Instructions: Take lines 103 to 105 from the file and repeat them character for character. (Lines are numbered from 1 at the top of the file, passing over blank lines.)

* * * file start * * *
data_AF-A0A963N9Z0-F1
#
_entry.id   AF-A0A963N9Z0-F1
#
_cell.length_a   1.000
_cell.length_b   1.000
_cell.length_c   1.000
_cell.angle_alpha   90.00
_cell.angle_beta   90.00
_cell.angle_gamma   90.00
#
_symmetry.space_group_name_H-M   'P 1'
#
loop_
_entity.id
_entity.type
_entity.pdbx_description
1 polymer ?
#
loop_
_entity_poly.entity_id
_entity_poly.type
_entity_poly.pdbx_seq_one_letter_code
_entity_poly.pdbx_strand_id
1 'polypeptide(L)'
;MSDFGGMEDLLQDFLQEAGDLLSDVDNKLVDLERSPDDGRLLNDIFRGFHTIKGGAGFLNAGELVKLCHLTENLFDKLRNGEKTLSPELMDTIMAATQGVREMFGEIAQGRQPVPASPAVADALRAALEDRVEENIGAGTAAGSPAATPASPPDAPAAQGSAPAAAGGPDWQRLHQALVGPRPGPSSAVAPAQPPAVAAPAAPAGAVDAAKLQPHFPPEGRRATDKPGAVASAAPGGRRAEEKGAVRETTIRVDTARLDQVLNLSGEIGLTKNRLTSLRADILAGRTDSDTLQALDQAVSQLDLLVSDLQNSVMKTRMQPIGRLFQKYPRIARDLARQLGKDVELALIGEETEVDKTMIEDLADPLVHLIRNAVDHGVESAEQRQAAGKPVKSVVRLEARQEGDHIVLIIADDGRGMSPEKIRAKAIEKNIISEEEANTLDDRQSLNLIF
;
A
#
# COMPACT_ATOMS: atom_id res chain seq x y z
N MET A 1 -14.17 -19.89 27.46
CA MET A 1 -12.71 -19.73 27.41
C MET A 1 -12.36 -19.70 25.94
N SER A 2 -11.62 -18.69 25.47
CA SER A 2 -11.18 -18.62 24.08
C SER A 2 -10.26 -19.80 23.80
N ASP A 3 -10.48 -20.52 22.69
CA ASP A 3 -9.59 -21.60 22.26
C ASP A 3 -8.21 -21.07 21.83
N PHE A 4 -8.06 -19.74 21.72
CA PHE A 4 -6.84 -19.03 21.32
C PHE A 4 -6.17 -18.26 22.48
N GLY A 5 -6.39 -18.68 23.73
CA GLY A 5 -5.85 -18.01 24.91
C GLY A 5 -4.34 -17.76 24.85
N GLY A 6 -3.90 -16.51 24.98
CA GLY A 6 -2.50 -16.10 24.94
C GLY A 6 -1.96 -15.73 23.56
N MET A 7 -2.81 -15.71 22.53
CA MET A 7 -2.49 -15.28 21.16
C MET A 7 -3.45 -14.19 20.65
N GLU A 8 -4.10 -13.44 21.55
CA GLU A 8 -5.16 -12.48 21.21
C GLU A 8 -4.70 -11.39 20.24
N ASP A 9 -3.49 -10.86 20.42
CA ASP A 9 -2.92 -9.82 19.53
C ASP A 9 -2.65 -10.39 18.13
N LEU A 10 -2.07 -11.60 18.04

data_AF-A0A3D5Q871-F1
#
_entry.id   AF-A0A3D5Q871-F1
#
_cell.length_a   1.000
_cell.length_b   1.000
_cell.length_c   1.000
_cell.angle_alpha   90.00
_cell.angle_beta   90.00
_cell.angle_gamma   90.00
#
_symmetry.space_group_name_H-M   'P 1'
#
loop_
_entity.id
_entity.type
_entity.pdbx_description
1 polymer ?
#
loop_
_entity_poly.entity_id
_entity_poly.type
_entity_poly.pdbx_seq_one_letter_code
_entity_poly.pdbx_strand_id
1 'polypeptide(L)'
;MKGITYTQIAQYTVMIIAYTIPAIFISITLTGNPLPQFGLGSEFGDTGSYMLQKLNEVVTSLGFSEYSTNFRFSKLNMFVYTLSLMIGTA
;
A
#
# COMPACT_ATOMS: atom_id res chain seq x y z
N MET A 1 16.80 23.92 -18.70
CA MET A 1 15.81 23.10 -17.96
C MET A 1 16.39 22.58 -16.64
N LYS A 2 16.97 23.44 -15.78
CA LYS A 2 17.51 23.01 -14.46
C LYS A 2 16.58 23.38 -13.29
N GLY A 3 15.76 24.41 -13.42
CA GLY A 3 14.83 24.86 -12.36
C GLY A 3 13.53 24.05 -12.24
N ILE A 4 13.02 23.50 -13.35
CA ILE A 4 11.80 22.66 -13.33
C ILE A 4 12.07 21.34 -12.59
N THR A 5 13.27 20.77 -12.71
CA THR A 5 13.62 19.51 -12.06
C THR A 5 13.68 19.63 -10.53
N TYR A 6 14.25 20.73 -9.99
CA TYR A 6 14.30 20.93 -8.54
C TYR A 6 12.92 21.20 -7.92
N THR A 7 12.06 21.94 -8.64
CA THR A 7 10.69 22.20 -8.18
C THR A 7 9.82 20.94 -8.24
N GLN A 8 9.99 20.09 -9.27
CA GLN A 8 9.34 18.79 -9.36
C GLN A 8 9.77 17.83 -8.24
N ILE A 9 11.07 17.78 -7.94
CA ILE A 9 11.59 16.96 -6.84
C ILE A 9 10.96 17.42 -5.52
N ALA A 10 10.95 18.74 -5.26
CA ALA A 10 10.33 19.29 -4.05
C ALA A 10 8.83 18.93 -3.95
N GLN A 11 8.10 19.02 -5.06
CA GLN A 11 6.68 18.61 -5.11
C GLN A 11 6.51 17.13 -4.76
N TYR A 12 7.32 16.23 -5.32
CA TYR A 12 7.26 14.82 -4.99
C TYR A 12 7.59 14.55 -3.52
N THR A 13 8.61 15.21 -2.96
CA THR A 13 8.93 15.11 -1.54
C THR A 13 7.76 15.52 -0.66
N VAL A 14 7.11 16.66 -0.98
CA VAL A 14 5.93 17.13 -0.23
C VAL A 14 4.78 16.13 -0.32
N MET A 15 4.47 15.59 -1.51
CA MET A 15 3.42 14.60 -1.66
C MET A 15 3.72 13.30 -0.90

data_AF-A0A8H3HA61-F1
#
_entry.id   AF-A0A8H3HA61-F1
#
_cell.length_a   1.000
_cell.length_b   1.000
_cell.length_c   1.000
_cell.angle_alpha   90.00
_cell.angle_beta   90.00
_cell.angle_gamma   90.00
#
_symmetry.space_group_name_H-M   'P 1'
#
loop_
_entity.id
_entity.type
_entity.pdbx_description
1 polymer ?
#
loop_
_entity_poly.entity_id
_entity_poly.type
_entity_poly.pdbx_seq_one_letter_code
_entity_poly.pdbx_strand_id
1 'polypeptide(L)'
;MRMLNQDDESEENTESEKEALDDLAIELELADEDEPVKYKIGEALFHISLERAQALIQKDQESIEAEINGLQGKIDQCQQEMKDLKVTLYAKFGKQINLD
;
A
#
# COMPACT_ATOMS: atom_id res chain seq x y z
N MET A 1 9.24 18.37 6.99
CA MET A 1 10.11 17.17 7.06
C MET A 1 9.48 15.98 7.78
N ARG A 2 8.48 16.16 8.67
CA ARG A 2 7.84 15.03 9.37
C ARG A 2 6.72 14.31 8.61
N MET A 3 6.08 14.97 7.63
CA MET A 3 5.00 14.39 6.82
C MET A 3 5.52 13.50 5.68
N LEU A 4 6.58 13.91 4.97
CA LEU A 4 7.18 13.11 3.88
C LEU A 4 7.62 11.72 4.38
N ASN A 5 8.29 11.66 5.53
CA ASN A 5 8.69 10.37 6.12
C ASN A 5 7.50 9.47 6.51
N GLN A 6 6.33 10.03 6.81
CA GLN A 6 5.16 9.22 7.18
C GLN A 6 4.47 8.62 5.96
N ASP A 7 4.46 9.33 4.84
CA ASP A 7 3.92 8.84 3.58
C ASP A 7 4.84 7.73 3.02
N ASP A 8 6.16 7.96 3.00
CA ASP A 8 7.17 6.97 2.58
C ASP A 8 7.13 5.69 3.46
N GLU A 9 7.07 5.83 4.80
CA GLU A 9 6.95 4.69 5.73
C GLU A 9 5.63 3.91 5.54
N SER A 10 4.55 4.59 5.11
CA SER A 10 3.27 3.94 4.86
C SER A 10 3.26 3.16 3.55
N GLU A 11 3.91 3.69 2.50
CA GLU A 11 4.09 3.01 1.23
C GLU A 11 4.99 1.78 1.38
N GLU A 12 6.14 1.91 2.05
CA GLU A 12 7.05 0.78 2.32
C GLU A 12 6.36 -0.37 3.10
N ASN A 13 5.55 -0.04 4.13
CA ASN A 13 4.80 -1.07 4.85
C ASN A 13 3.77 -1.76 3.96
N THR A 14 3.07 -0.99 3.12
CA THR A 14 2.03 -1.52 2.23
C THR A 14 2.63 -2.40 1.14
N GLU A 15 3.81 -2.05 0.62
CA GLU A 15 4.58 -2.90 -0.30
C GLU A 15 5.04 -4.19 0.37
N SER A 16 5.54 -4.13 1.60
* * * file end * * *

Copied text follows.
C THR A 5 13.68 19.63 -10.53
N TYR A 6 14.25 20.73 -9.99
CA TYR A 6 14.30 20.93 -8.54